Discourse on Colonialism - Pages 74-78 Summary & Analysis

Césaire, Aimé and Pinkham, Joan
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Summary

The final section ends with Césaire’s reflections on the form of the modern nation. He reiterates that colonialism, like Roman imperialism, predicts “Disaster” and “Catastrophe” (74). He also notes that now is the “hour of the barbarian. The modern barbarian. The American hours” (76). To demonstrate this, he quotes Truman declaring aid to the developing countries in place of colonialism. He cautions his readers against viewing the United States as a “possible liberator” (77) and instead considers “American domination—the only domination from which one never recovers” (77). He particularly cautions against the dangers of industrialization and mechanization.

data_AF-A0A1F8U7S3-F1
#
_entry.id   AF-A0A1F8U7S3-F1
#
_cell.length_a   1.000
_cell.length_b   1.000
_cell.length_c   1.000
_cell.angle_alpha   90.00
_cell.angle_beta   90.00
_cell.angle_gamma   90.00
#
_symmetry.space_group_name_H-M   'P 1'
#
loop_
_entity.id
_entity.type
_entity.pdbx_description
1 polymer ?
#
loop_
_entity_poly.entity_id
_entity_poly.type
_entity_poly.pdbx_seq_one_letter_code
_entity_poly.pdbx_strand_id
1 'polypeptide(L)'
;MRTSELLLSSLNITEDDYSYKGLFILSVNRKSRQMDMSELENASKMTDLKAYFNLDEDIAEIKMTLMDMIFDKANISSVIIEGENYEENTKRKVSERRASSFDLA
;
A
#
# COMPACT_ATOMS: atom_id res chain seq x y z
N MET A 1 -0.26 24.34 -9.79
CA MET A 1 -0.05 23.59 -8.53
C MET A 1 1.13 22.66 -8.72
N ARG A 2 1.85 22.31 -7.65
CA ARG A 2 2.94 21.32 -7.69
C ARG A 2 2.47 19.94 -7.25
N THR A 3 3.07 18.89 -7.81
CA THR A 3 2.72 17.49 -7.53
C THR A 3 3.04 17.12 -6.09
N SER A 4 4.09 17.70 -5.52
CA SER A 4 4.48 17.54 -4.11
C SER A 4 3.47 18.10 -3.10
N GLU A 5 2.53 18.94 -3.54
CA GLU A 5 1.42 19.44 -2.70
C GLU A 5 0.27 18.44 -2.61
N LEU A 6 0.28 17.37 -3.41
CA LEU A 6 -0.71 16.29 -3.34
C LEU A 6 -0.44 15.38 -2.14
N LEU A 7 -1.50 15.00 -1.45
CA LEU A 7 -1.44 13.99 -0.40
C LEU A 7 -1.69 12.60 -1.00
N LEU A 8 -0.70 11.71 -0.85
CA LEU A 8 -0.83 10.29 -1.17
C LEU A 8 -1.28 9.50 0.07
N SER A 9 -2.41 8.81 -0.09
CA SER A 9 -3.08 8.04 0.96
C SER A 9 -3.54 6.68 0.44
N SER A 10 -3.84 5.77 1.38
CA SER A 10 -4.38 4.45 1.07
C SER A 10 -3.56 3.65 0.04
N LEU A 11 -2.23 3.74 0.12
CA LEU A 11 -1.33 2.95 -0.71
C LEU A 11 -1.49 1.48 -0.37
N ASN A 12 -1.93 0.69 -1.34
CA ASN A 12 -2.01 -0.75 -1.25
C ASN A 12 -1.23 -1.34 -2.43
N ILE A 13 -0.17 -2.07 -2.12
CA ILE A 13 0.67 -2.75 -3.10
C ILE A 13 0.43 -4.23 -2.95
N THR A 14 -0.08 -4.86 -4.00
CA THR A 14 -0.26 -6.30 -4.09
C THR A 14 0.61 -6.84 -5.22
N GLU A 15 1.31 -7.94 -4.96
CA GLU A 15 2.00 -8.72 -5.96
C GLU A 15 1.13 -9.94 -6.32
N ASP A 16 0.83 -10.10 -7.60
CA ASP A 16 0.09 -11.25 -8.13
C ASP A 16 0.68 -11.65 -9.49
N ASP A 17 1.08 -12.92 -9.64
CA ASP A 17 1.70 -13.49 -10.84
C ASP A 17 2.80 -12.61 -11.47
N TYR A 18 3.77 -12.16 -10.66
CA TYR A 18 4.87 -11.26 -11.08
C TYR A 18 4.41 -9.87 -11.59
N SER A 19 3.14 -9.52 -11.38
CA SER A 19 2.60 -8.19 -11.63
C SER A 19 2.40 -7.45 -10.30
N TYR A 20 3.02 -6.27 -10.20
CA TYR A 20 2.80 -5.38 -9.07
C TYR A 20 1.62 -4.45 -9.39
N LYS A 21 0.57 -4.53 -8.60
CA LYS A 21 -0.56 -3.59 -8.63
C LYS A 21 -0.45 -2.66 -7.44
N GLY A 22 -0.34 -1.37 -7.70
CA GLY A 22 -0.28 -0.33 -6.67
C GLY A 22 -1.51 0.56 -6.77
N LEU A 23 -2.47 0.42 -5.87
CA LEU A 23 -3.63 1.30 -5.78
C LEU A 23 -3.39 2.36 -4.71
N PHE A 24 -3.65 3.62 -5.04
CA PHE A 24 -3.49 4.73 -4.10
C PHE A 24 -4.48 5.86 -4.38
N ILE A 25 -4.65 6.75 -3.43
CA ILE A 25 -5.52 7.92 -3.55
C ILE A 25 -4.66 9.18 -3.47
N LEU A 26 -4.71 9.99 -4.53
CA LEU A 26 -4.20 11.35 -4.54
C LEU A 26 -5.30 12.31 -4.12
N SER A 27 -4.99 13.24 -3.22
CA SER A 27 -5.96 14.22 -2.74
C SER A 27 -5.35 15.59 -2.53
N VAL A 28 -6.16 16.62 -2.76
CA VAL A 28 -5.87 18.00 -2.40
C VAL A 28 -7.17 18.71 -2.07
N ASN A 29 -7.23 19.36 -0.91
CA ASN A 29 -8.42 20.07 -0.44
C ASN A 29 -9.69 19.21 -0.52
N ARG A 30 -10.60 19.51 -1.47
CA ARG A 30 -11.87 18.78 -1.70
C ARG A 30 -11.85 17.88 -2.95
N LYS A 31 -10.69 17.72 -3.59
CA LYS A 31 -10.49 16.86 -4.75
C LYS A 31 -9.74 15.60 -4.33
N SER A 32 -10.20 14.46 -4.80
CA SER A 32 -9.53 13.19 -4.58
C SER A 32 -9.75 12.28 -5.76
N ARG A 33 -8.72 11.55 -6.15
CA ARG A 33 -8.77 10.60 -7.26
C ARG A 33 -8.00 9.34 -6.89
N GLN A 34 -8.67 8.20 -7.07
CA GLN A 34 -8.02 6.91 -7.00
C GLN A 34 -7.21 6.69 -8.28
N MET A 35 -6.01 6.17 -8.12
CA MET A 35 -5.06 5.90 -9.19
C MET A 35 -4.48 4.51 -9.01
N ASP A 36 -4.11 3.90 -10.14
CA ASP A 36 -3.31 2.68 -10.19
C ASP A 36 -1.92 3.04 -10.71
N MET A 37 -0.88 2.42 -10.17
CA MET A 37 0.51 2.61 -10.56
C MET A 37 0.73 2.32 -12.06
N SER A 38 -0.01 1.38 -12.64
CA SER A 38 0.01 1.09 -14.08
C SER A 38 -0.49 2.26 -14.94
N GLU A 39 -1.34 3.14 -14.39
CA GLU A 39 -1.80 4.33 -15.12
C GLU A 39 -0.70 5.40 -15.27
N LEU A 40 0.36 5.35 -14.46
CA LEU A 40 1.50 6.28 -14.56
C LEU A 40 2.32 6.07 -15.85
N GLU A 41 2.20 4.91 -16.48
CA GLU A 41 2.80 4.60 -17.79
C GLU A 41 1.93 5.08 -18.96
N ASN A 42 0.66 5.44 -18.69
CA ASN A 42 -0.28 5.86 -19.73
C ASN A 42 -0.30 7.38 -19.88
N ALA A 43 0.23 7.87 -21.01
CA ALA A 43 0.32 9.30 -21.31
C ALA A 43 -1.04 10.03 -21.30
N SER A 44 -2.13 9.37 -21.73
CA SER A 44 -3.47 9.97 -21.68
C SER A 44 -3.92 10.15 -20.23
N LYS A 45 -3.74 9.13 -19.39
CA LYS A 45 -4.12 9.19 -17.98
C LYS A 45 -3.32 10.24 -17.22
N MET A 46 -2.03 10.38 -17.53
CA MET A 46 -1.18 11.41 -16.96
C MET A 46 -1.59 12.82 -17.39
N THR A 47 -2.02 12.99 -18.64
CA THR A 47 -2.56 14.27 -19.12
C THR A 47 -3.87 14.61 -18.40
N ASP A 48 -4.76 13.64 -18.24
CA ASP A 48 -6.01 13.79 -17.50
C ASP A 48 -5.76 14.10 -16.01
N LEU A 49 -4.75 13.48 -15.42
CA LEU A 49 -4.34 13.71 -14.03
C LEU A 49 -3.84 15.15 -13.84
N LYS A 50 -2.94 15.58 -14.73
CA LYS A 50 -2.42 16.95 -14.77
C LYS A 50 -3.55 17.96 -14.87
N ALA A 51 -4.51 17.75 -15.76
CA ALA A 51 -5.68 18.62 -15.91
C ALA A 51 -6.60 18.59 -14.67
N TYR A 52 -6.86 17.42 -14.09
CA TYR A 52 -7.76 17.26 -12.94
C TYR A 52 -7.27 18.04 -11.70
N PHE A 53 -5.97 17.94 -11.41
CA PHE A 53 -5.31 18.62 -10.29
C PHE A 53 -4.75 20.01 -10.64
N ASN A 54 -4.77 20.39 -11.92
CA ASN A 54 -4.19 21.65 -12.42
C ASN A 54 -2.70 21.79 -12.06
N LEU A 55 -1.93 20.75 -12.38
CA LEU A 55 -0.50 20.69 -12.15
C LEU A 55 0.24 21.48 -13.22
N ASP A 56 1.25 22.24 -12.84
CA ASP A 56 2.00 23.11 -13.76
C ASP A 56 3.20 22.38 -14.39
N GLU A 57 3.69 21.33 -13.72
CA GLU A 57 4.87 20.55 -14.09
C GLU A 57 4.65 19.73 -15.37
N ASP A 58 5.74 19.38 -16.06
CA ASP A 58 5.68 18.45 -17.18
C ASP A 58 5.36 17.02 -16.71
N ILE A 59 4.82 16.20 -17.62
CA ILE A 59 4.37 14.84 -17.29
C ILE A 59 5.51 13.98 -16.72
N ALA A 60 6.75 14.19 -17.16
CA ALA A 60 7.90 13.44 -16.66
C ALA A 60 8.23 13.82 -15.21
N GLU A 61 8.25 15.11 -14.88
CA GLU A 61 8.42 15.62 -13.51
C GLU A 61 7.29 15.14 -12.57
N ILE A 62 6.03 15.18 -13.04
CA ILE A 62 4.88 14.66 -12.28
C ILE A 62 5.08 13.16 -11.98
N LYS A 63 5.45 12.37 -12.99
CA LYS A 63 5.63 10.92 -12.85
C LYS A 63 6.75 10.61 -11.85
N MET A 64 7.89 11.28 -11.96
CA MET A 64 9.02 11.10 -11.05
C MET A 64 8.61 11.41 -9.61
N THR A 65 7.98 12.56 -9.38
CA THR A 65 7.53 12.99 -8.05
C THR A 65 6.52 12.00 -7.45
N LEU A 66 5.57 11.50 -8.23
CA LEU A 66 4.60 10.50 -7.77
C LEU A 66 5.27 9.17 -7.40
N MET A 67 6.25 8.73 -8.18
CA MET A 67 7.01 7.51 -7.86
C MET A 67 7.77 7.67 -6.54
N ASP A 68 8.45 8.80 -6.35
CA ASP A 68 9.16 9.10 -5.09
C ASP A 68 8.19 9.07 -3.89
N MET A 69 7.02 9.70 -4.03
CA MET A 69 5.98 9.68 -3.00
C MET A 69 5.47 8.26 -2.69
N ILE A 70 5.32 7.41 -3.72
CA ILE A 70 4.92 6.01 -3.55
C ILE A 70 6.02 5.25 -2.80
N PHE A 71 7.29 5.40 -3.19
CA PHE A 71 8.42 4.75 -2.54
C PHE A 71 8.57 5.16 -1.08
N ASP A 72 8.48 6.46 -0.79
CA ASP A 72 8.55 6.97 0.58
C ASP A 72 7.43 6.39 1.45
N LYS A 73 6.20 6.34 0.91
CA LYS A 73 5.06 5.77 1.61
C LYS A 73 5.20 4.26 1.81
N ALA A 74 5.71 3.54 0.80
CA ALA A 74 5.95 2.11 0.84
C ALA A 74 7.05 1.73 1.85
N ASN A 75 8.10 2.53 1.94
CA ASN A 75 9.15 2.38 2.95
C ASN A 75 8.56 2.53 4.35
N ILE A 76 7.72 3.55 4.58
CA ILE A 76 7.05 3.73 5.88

Césaire’s penultimate paragraph suggests that Western Europe must adopt a policy of respect for all the world’s nationalities, and that its salvation rests in the possibility of Revolution among “the only class that still has a universal mission, because it suffers in its flesh...

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This section contains 477 words
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Buy the Discourse on Colonialism Study Guide
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